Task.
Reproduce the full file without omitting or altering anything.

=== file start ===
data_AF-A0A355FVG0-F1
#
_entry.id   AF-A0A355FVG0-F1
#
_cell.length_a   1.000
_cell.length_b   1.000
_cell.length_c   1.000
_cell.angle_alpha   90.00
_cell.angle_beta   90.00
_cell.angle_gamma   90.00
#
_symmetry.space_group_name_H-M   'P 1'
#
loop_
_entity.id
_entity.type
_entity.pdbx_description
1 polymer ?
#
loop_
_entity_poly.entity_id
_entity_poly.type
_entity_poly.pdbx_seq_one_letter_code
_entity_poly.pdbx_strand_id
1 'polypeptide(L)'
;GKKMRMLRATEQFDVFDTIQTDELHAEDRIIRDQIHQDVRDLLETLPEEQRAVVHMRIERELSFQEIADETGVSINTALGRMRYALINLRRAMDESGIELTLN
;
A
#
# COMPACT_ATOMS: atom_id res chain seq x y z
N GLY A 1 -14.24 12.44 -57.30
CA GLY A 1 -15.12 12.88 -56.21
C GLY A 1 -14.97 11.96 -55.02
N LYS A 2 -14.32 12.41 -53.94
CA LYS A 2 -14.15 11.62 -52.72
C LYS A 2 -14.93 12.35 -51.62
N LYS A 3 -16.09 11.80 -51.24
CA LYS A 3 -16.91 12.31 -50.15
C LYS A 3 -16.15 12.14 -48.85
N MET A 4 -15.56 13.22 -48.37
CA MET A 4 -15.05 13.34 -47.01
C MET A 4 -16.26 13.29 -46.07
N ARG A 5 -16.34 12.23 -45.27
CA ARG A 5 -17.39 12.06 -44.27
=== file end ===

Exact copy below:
data_AF-A0A355FVG0-F1
#
_entry.id   AF-A0A355FVG0-F1
#
_cell.length_a   1.000
_cell.length_b   1.000
_cell.length_c   1.000
_cell.angle_alpha   90.00
_cell.angle_beta   90.00
_cell.angle_gamma   90.00
#
_symmetry.space_group_name_H-M   'P 1'
#
loop_
_entity.id
_entity.type
_entity.pdbx_description
1 polymer ?
#
loop_
_entity_poly.entity_id
_entity_poly.type
_entity_poly.pdbx_seq_one_letter_code
_entity_poly.pdbx_strand_id
1 'polypeptide(L)'
;GKKMRMLRATEQFDVFDTIQTDELHAEDRIIRDQIHQDVRDLLETLPEEQRAVVHMRIERELSFQEIADETGVSINTALGRMRYALINLRRAMDESGIELTLN
;
A
#
# COMPACT_ATOMS: atom_id res chain seq x y z
N GLY A 1 -14.24 12.44 -57.30
CA GLY A 1 -15.12 12.88 -56.21
C GLY A 1 -14.97 11.96 -55.02
N LYS A 2 -14.32 12.41 -53.94
CA LYS A 2 -14.15 11.62 -52.72
C LYS A 2 -14.93 12.35 -51.62
N LYS A 3 -16.09 11.80 -51.24
CA LYS A 3 -16.91 12.31 -50.15
C LYS A 3 -16.15 12.14 -48.85
N MET A 4 -15.56 13.22 -48.37
CA MET A 4 -15.05 13.34 -47.01
C MET A 4 -16.26 13.29 -46.07
N ARG A 5 -16.34 12.23 -45.27
CA ARG A 5 -17.39 12.06 -44.27